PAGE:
Wednesday, August 3, 2016

Organics and other unconventional superconductors

Organics  and other unconventional superconductors
Layered organic superconductors are primarily half-filled and, as a function of temperature and pressure, exhibit a Mott transition, as well as antiferromagnetic, superconducting and spin-liquid phases. They are thus interesting compounds to gain insights into hole-doped cuprates as well. The latest experimental results, presented at this workshop, suggest that a half-filled spin-liquid compound has the same spin dynamics as a doped version of that compound, despite the fact that one is an insulator and another one a conductor. From the point of view of theory, RVB and CDMFT phase diagrams share similarities.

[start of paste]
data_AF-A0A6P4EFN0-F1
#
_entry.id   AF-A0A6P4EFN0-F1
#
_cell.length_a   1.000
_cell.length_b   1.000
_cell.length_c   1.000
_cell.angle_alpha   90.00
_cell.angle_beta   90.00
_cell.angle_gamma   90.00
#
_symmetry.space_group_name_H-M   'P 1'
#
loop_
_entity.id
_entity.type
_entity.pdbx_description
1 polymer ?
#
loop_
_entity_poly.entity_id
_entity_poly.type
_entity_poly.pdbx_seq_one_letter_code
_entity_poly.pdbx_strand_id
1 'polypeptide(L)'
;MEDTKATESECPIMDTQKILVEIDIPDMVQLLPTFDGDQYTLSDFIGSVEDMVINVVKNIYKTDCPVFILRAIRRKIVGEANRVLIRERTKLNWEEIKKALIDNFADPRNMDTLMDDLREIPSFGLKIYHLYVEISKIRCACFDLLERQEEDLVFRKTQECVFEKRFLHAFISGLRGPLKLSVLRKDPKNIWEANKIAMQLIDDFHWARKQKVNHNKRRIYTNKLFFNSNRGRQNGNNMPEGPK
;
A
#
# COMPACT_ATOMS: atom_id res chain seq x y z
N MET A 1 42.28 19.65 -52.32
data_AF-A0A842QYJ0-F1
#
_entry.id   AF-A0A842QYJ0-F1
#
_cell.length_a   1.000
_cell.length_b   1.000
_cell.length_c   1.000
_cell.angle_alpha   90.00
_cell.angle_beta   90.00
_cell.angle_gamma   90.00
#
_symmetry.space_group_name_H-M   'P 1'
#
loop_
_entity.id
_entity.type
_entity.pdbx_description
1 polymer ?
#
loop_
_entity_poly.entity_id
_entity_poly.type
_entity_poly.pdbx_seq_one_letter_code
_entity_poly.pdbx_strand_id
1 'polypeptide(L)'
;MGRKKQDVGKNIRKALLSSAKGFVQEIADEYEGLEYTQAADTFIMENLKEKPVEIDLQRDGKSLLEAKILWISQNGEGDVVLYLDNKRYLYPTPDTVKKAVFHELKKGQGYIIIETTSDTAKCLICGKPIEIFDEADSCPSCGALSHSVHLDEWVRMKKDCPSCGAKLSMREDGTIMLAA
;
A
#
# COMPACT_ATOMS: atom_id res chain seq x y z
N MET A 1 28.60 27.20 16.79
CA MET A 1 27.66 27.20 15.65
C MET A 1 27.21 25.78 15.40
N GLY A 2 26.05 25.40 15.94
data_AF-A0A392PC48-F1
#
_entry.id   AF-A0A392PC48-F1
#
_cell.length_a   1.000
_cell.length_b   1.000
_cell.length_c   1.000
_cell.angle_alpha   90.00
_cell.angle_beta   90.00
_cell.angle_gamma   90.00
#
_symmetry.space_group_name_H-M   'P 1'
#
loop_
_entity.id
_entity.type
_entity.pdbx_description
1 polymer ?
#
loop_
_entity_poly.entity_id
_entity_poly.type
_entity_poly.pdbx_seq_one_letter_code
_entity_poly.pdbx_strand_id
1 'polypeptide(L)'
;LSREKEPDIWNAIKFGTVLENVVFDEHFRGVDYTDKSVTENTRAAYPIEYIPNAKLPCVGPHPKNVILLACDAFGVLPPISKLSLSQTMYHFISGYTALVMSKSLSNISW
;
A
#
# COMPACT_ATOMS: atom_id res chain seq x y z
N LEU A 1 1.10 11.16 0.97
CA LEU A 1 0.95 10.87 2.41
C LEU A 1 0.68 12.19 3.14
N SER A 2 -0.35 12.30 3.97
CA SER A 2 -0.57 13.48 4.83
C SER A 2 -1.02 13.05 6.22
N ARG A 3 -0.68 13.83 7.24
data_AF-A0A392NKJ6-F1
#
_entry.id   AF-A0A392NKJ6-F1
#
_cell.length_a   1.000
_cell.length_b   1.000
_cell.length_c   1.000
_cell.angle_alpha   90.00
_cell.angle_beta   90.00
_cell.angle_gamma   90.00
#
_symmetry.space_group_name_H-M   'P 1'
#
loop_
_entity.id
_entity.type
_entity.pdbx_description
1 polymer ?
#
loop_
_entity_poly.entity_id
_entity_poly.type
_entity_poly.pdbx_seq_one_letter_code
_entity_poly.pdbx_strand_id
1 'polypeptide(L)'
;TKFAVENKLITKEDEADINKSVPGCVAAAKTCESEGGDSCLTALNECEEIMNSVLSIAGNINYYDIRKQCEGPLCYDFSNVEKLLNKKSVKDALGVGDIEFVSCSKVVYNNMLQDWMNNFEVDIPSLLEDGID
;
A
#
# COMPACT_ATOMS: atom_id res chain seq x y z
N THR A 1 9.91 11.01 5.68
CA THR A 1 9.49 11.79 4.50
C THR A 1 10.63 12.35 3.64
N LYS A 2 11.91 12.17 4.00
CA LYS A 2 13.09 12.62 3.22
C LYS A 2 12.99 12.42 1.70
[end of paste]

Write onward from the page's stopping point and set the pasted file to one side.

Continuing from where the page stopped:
Superconductiviy in the Mott insulating organics is certainly unusual, but another unusual type of superconductivity was discussed. Isotopic oxygen-enrichment (or Nb doping) of strontium titanate has revealed a paraelectric quantum critical point surrounded by a dome of superconductivity. Although electron-phonon interactions can possibly explain superconductivity in this case, calculations would need to be done in the highly unusual anti-adiabatic regime where the Fermi energy is smaller than the Debye frequency of the optical phonons apparently involved here. 

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